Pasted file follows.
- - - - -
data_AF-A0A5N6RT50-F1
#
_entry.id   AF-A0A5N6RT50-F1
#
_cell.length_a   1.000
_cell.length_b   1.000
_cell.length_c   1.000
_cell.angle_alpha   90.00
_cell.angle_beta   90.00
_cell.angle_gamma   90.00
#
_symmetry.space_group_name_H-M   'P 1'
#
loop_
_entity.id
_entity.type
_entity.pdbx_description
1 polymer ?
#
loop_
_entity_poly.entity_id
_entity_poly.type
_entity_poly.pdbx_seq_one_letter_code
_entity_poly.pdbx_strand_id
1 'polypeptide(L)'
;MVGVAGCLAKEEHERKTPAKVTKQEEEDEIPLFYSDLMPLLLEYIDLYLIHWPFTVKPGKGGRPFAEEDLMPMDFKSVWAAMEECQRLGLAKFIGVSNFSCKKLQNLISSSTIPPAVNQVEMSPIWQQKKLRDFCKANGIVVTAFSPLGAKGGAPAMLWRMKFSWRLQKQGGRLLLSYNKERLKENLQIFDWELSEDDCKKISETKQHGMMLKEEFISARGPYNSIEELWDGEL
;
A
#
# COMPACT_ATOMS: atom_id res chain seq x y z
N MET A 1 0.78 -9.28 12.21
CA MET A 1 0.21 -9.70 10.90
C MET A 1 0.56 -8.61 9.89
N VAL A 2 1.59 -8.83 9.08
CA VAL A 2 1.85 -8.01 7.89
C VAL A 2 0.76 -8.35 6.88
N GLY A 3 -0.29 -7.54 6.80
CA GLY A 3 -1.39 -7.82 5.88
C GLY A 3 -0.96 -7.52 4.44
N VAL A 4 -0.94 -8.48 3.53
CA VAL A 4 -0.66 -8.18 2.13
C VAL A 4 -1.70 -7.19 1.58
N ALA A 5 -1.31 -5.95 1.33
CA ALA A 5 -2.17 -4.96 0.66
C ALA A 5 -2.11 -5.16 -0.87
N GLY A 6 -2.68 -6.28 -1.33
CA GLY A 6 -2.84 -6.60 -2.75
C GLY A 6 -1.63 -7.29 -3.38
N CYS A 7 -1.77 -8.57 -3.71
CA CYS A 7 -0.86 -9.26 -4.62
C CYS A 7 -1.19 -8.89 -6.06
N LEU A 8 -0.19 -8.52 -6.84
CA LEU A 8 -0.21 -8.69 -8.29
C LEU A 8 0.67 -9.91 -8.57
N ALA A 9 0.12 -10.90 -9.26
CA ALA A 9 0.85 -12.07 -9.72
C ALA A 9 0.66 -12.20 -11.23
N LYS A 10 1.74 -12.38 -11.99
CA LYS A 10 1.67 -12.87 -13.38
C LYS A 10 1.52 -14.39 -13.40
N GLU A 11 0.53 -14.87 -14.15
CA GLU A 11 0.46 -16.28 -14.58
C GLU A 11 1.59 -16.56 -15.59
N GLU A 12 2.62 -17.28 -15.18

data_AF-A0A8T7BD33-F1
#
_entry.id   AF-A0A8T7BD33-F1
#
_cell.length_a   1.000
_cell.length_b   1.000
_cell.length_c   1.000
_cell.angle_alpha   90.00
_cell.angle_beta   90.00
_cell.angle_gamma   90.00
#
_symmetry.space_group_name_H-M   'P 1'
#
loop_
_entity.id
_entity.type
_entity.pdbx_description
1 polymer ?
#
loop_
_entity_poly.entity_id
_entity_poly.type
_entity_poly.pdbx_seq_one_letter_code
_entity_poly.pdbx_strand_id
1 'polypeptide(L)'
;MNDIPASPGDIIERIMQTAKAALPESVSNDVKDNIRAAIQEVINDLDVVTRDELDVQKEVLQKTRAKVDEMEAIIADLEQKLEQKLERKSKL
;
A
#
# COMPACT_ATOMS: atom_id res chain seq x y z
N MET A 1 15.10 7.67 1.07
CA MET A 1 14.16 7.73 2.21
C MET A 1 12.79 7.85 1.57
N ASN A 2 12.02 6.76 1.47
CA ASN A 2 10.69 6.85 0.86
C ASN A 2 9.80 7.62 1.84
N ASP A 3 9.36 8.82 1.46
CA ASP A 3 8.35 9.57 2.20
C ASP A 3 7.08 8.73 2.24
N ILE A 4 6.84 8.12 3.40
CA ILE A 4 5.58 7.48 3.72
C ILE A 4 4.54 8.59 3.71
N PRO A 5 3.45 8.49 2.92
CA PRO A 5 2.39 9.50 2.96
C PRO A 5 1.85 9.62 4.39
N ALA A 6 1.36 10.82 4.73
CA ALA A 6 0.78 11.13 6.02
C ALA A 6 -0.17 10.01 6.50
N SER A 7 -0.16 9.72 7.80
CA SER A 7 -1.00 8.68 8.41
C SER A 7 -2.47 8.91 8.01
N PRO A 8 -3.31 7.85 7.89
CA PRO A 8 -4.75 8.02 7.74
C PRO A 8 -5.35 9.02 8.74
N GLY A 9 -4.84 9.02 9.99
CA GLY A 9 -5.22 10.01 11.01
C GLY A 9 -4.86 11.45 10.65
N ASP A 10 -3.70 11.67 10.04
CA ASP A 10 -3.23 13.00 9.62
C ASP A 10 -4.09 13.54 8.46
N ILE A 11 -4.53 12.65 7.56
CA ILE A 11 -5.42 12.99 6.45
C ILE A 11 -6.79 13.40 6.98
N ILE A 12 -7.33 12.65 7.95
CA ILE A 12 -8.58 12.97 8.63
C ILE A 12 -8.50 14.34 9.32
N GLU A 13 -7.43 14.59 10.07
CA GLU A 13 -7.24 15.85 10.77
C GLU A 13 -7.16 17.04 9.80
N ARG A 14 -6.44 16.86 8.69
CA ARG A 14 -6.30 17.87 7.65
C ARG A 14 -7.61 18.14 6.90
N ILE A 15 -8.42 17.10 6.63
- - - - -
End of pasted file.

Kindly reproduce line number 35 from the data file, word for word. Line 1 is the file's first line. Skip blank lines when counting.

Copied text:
CA VAL A 2 1.85 -8.01 7.89